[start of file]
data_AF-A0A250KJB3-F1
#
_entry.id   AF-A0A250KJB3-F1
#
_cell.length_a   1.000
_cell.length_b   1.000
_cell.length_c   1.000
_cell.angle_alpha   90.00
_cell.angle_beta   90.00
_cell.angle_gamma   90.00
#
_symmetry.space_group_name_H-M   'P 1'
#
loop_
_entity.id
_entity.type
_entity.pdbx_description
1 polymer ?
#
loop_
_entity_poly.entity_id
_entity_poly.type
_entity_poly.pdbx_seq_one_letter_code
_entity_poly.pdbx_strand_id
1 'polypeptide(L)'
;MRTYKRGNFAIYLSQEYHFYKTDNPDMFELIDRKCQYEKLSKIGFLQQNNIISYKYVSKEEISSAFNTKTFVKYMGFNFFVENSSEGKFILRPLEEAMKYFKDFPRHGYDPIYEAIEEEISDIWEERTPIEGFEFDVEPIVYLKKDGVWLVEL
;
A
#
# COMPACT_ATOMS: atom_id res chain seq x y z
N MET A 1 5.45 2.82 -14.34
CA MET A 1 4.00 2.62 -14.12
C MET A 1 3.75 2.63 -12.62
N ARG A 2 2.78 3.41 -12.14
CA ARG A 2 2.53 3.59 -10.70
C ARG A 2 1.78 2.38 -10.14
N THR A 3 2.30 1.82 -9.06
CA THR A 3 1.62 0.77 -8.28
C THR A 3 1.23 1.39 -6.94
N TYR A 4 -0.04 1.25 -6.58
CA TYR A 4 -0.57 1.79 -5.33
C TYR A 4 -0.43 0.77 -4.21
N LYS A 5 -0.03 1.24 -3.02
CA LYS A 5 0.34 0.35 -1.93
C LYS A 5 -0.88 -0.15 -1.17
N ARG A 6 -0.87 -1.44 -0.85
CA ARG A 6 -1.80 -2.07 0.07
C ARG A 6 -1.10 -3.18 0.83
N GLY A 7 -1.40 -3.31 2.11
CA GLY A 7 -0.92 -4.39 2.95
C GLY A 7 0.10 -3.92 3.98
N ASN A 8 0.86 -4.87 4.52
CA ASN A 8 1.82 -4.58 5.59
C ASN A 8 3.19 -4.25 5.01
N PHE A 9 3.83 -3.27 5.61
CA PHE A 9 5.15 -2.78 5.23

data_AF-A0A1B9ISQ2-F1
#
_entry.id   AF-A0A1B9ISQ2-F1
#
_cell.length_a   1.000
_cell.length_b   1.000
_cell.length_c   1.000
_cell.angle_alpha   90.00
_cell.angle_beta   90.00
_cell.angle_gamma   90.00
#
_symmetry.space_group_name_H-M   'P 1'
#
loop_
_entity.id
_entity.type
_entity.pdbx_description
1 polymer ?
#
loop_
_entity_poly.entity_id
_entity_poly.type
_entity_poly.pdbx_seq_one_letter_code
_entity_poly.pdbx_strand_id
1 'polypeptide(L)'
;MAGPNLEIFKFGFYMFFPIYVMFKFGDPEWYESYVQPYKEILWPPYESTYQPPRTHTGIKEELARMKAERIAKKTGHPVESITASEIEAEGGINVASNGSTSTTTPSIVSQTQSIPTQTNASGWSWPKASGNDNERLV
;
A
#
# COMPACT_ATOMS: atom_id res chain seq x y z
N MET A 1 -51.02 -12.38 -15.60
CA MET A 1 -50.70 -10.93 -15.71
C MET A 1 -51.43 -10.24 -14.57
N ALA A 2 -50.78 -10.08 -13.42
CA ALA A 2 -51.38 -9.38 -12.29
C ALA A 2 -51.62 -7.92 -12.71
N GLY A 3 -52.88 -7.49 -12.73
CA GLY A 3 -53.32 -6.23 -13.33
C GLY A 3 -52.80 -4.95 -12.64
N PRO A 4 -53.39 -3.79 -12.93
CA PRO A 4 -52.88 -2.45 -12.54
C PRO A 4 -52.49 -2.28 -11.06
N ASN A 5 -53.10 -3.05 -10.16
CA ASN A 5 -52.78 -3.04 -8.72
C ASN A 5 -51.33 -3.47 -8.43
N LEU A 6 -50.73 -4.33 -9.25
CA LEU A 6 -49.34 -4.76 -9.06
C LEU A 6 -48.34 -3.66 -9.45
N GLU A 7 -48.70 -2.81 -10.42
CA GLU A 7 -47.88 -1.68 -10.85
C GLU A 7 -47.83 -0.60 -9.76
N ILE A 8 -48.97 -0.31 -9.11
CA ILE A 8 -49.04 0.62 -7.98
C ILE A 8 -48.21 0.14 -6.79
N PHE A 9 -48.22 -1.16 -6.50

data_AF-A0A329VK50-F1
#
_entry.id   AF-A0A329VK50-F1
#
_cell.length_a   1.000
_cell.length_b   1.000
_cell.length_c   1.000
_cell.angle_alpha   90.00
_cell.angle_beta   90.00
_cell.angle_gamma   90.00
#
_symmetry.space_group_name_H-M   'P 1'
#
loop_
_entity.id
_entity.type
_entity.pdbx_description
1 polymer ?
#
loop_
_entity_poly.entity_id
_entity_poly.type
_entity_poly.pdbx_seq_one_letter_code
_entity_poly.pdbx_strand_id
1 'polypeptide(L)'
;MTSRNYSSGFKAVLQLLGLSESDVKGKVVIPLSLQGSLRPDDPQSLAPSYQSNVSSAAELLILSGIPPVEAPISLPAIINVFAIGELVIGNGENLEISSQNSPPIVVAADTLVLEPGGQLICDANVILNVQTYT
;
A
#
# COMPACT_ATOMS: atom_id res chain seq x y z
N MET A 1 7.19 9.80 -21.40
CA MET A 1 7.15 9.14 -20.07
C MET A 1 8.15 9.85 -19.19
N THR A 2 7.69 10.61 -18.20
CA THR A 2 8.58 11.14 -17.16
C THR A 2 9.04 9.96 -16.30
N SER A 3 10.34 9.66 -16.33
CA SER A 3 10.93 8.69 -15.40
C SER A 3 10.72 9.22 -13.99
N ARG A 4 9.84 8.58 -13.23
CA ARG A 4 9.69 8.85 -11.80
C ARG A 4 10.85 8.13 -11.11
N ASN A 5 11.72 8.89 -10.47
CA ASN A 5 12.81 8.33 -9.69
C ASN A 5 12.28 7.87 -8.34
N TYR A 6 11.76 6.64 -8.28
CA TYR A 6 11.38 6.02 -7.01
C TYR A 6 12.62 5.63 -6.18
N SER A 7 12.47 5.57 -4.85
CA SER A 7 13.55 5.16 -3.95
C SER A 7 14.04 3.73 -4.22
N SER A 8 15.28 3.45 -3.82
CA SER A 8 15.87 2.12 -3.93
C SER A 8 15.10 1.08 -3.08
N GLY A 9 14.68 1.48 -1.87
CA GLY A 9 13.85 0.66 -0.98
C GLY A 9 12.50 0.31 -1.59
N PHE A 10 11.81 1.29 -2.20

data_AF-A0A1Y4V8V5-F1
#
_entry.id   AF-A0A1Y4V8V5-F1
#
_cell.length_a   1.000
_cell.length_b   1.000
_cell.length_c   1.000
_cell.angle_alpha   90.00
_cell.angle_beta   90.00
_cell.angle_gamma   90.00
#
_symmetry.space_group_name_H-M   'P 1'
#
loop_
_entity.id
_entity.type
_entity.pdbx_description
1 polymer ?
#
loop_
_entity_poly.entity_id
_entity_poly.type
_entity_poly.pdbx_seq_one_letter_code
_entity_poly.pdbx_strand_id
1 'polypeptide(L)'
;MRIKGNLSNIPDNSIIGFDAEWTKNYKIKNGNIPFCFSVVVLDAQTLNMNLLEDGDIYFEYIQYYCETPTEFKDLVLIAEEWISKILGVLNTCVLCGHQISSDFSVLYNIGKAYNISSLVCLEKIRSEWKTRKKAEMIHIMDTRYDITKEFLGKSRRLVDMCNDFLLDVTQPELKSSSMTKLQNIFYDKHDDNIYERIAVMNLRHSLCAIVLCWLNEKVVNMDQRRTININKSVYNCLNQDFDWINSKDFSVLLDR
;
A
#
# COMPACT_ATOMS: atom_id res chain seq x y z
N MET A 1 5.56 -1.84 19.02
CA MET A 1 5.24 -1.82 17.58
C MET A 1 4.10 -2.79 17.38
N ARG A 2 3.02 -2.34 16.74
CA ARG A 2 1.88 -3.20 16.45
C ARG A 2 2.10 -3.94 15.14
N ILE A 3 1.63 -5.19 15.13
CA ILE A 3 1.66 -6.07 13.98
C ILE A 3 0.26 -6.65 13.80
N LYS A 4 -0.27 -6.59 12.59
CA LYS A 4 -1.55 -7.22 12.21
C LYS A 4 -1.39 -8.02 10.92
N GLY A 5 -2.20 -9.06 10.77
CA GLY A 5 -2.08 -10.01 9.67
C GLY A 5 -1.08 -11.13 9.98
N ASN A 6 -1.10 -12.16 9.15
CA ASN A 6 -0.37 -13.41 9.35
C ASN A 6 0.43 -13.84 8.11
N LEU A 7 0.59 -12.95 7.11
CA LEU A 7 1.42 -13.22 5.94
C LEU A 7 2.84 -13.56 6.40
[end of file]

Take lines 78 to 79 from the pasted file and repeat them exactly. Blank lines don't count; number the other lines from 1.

_entity_poly.type
_entity_poly.pdbx_seq_one_letter_code